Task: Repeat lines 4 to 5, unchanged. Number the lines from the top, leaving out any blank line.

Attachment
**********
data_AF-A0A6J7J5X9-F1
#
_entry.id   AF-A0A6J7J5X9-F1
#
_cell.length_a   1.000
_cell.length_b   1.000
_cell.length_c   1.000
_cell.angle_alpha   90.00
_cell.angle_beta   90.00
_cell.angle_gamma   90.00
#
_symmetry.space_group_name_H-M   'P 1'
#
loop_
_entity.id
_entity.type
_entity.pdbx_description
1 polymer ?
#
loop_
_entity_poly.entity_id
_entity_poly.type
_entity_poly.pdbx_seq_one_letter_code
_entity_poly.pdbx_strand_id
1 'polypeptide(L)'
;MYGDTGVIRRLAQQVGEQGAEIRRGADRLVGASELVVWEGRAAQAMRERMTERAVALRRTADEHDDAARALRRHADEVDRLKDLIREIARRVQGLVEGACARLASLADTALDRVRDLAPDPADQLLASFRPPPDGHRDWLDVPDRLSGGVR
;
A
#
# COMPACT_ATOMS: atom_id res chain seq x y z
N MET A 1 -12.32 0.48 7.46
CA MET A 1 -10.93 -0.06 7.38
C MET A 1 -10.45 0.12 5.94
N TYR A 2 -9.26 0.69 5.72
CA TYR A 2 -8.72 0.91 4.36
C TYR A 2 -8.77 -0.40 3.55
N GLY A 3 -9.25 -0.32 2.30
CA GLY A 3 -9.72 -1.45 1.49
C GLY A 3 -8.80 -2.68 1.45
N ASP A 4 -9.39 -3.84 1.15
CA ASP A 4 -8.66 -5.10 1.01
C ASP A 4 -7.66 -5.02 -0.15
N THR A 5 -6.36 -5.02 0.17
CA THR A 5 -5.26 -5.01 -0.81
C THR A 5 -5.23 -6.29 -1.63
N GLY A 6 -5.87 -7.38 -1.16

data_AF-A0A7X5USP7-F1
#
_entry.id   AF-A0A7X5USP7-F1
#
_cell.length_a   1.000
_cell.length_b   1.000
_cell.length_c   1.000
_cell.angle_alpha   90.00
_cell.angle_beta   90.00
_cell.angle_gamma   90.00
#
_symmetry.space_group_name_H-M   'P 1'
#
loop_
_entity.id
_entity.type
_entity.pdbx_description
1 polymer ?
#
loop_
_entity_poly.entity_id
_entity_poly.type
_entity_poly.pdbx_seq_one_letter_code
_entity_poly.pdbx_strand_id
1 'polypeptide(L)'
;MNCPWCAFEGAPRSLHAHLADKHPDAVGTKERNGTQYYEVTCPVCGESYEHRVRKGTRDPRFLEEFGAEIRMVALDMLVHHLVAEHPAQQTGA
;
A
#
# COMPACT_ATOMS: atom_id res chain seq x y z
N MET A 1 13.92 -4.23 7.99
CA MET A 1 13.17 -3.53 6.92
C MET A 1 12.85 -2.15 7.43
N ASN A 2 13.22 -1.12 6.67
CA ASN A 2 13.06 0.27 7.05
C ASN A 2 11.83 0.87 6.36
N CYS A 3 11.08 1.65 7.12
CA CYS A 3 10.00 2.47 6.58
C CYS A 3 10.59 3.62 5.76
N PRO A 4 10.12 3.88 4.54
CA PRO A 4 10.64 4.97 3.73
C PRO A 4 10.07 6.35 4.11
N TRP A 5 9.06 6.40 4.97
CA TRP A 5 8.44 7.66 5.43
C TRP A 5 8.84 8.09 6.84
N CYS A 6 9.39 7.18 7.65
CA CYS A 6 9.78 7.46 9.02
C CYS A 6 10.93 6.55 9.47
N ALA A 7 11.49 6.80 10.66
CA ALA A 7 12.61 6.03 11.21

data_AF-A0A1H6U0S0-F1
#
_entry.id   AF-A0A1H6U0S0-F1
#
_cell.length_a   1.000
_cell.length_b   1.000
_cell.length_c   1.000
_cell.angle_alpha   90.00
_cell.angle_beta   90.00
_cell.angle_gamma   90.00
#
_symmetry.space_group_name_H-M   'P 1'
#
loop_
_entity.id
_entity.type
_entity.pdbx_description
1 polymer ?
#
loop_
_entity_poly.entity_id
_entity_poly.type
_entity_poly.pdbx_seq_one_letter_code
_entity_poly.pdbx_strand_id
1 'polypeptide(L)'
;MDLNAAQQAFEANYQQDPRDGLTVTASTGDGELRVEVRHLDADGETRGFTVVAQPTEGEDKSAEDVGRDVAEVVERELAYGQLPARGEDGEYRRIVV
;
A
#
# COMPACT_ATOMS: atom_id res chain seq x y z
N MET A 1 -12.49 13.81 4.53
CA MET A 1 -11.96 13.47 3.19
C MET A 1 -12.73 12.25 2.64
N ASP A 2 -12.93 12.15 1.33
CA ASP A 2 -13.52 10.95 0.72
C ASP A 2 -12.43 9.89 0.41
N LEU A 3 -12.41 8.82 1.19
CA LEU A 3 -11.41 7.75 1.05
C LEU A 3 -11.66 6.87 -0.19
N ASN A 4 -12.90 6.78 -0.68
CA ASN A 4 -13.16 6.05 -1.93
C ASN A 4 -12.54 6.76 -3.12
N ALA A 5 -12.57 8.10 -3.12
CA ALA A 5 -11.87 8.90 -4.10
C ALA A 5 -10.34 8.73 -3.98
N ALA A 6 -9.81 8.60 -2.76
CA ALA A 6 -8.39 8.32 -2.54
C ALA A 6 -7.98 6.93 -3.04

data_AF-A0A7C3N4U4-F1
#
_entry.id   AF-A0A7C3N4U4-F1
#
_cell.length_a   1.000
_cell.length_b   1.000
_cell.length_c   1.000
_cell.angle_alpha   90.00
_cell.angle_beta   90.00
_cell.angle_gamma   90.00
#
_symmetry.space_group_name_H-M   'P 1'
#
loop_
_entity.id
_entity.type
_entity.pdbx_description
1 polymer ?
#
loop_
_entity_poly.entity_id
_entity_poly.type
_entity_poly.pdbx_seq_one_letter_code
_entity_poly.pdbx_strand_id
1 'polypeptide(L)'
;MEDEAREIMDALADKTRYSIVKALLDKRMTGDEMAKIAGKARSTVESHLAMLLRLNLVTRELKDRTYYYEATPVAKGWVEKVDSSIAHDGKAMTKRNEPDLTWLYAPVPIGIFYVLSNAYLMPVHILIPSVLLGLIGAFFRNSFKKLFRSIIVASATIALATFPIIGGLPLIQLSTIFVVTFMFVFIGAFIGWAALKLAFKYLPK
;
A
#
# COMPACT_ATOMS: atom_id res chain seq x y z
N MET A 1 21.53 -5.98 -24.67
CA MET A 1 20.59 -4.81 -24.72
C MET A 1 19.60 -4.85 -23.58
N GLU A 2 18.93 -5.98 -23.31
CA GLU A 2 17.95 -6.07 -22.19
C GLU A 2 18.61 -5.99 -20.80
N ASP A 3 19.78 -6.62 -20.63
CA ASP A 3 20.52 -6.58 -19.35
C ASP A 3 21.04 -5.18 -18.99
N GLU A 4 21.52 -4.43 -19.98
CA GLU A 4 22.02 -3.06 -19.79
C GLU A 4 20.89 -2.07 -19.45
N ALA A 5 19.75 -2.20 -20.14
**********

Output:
#
_cell.length_a   1.000